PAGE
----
The statue, created by Swiss sculptor Andreas Altmann as a gift to the city of Montreux, shows Nobs on his feet, harmonica and microphone in his hands.
It will be placed in the garden of the Fairmont Le Montreux Palace hotel alongside statues of other legendary names connected to the famous festival including Quincy Jones and Ray Charles.
In a statement, Montreux Jazz Festival said Nobs had been passionate about bronze sculptures and had initiated several, including the Miles Davis statue on the lakefront.
The city's most famous sculpture is that of late Queen frontman Freddie Mercury, whose waterfront bronze has become something of a pilgrimage site for fans.
Current festival director Mathieu Jaton with sculptor Altmann, mayor of Montreux Laurent Wehrli and Thierry Amsallem, President of the Claude Nobs Foundation, with the statue. Photo: Marc Ducrest/MJF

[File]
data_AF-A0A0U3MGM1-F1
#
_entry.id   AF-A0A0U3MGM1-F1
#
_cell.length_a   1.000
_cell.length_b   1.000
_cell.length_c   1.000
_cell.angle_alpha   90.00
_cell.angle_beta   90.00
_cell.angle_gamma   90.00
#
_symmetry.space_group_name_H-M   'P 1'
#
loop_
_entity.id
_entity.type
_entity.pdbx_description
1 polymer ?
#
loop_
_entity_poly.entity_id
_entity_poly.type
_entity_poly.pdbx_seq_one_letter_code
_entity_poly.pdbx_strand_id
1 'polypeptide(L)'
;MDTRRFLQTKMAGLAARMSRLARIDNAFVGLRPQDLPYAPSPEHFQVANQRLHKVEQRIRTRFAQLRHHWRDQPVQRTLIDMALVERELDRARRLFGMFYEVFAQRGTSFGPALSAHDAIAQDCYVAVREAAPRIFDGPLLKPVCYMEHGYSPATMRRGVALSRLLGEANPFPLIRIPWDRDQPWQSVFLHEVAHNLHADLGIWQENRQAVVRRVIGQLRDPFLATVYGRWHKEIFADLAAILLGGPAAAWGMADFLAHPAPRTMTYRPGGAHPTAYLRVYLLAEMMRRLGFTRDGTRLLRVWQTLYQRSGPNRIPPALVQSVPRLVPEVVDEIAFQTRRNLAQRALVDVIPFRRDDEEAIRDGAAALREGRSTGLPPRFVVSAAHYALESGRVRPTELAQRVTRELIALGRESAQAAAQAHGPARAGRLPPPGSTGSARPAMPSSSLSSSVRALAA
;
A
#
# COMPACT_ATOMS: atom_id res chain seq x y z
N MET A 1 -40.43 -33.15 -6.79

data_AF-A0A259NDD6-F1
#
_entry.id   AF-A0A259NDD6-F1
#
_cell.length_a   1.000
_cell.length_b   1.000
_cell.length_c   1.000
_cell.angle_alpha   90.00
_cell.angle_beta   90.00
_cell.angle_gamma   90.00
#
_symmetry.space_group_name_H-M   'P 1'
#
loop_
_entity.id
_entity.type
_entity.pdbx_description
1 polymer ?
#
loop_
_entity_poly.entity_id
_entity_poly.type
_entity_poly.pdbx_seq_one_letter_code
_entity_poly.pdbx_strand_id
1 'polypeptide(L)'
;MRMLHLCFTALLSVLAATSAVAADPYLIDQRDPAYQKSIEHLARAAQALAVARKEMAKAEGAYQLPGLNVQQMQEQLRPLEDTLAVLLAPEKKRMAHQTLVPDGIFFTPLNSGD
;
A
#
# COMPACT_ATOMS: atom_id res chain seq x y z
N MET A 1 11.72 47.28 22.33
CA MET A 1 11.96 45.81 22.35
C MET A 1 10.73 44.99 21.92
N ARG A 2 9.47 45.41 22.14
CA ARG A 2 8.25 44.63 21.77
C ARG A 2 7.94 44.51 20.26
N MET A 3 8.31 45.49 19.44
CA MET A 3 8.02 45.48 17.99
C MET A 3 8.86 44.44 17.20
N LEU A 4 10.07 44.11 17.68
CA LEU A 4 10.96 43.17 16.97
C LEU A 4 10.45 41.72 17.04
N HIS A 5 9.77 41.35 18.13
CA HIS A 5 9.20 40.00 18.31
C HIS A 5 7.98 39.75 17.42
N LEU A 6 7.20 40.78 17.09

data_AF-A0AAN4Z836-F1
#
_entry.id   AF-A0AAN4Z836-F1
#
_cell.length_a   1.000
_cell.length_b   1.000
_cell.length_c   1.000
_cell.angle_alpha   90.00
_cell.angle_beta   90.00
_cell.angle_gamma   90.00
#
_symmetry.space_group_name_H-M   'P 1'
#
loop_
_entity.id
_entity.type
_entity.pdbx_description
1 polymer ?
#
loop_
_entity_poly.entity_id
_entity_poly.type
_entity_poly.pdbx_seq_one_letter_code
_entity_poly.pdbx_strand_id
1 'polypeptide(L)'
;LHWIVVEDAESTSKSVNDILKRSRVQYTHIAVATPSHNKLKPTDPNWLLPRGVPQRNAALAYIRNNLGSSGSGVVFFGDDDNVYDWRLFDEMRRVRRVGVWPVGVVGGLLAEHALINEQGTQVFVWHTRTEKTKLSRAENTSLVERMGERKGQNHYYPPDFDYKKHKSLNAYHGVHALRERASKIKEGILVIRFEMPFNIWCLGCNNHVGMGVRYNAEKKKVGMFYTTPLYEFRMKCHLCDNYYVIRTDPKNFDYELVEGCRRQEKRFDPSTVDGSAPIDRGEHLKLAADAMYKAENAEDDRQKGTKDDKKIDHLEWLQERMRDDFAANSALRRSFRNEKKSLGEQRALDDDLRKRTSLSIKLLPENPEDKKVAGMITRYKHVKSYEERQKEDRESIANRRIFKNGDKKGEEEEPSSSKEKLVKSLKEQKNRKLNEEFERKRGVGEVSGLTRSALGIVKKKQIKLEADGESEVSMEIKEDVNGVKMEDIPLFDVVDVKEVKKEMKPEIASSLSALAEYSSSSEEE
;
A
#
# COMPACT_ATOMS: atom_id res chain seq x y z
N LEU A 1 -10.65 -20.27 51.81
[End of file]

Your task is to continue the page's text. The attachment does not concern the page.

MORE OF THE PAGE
Nobs created the Montreux Jazz Festival in 1967 at the age of 31, when he was the director of Montreux's tourism office.
The event quickly put the city on the map, becoming one of the world's most respected music festivals and attracting big names to the bill, not just in jazz but in all genres of music.
Nobs was given the nickname ‘funky Claude' by the band Deep Purple in their track Smoke on the Water, written about the 1971 festival when Nobs saved several people after a fire broke out during a Frank Zappa performance at the casino.
Nobs died in early January 2013 after spending two weeks in a coma following a ski accident the day after Christmas 2012.
This year's festival started on Friday June 30th and runs until July 15th.
For programme information visit the festival's website.